Between 2017 and 2019, subscriber data usage jumped 39 percent, to 9.2 Gigabits per month. Over that same time, the annual Wireless Telephone Services Consumer Price Index decreased 5 percent and the Telephone Services CPI decreased 3 percent, while the overall CPI increased about 4 percent.

Cable operators Comcast and Charter are adding subscribers rapidly to their networks, which utilize a combination of Wi-Fi hotspots and third-party wholesale wireless technology to reach netizens.

Residential connections to fixed high-speed Internet rose from 91 million in 2015 to 105 million at the end of 2019. According to the report, the number of Americans with multiple options for broadband service is on the rise, as 74 percent have at least two options for 25/3 Mbps fixed terrestrial service, 67 percent have at least two options for 50/5 Mbps service, 55 percent have at least two options for 100/10 Mbps service, and 35 percent have at least two options for 250/25 Mbps service.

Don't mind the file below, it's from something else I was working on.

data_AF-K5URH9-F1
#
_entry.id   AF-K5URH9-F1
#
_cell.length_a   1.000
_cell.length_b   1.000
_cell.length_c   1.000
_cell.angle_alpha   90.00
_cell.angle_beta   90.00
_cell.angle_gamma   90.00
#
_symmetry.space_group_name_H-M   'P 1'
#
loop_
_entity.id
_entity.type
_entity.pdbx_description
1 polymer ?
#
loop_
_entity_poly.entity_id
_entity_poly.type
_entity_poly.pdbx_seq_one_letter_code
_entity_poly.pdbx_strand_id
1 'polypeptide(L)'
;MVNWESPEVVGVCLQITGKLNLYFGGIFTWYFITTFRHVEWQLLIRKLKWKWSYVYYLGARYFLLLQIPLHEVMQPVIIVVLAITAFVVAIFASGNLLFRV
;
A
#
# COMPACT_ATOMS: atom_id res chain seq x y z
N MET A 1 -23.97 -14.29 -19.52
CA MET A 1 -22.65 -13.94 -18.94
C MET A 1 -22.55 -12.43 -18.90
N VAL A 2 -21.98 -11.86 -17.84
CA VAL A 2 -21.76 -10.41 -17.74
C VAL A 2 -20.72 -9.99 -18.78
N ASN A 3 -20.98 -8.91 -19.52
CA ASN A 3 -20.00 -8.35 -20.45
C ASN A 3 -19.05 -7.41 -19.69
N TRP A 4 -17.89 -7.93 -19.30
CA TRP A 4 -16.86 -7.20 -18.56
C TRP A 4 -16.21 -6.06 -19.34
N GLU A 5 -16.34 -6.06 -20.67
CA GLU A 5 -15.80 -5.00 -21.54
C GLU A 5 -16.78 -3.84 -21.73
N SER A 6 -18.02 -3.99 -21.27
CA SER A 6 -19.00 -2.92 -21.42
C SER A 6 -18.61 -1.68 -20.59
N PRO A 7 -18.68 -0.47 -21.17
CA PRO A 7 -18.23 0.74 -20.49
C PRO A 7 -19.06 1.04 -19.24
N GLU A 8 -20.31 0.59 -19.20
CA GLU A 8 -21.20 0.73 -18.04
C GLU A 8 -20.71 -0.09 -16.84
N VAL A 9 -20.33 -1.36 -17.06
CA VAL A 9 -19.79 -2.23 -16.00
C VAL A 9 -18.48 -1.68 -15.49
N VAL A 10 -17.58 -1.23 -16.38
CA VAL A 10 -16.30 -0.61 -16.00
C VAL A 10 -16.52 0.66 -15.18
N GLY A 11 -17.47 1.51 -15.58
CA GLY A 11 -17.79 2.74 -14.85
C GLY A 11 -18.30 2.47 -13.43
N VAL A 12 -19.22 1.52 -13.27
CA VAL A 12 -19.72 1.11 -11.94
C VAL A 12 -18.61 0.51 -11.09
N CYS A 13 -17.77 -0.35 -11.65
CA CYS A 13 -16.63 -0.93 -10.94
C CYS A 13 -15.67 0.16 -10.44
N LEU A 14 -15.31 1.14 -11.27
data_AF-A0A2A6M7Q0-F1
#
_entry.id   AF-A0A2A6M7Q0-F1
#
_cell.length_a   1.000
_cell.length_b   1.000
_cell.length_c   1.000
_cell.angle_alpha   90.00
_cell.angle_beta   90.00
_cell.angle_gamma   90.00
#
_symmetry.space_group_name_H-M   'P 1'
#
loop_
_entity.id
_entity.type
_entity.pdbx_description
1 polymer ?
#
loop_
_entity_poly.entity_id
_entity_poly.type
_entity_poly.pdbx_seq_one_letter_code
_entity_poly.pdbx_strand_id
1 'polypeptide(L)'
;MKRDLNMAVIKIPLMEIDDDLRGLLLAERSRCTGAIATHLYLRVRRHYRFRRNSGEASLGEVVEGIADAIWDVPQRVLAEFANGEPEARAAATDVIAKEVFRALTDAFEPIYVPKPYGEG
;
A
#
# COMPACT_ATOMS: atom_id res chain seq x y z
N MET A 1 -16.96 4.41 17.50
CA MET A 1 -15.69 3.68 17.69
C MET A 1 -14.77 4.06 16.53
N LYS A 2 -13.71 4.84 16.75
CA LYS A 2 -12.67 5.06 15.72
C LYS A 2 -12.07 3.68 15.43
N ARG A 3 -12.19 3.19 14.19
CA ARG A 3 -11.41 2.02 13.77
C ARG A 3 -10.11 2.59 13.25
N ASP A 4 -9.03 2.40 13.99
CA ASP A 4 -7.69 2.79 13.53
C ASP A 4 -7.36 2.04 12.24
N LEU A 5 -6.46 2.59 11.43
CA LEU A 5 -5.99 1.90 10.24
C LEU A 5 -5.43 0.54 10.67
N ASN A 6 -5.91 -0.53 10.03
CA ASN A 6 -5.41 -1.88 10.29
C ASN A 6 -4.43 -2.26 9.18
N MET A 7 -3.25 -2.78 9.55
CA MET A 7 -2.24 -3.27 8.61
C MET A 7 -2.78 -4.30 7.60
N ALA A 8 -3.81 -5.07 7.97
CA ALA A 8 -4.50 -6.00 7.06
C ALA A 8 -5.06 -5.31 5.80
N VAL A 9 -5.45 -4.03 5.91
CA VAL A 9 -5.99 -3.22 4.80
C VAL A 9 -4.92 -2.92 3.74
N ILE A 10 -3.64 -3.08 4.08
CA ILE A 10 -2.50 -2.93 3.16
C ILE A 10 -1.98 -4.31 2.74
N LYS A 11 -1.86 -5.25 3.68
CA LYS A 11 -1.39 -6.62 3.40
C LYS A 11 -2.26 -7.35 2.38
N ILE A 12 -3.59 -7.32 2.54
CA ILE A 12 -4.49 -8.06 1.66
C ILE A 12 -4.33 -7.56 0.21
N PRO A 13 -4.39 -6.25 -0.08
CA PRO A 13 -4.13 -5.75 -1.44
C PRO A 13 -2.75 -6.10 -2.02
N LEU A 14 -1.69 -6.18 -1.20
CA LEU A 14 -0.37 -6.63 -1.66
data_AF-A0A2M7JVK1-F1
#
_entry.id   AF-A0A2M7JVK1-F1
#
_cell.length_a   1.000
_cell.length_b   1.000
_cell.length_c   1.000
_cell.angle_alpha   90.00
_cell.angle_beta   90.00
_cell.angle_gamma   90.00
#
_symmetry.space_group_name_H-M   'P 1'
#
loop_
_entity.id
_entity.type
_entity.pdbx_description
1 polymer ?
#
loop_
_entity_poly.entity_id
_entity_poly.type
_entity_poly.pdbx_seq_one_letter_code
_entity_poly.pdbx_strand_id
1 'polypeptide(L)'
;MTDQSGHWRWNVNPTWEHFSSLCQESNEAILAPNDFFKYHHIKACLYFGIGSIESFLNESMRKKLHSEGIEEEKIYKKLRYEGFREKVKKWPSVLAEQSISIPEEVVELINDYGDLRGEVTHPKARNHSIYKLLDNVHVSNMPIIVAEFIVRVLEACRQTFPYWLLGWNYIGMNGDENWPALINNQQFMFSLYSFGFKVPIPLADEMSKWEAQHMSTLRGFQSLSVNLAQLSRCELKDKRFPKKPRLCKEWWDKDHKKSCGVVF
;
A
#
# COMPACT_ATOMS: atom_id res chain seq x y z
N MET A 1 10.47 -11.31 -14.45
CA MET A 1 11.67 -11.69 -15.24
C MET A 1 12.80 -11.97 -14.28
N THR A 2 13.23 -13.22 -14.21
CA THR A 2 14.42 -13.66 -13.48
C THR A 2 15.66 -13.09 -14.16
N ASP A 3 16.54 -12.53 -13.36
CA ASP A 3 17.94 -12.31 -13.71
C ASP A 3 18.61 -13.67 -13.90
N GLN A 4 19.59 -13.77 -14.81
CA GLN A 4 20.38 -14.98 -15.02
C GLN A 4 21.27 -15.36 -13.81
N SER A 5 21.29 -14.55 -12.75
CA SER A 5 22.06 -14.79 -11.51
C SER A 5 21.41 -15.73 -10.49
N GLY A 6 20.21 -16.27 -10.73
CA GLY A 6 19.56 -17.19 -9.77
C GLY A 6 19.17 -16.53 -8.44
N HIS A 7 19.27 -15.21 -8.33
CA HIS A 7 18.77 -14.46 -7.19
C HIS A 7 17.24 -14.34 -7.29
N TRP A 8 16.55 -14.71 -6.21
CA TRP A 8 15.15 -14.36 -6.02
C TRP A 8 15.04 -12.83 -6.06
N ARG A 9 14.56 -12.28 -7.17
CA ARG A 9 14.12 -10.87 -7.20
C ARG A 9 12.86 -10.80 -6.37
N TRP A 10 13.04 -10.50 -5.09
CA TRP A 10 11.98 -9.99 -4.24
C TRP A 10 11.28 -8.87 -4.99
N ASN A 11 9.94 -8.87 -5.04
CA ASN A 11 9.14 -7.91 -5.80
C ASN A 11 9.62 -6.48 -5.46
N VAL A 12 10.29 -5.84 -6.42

The Free State Foundation has declared that in future reports, the Commission should update its analytical approach to focus on convergence and intermodal competition, claiming a modernized holistic approach would consider that 5G wireless broadband capabilities increasingly match those of wireline broadband.

Remarks of FCC Acting Chairwoman Jessica Rosenworcel on FCC’s new appointments

FCC Acting Chairwoman Jessica Rosenworcel shared remarks about her vision for the agency’s newest staff appointments in a statement released on Monday.

Rosenworcel announced the appointments of P. Michele Ellison to be acting general counsel and Joel Taubenblatt to be acting chief of the Wireless Telecommunications Bureau.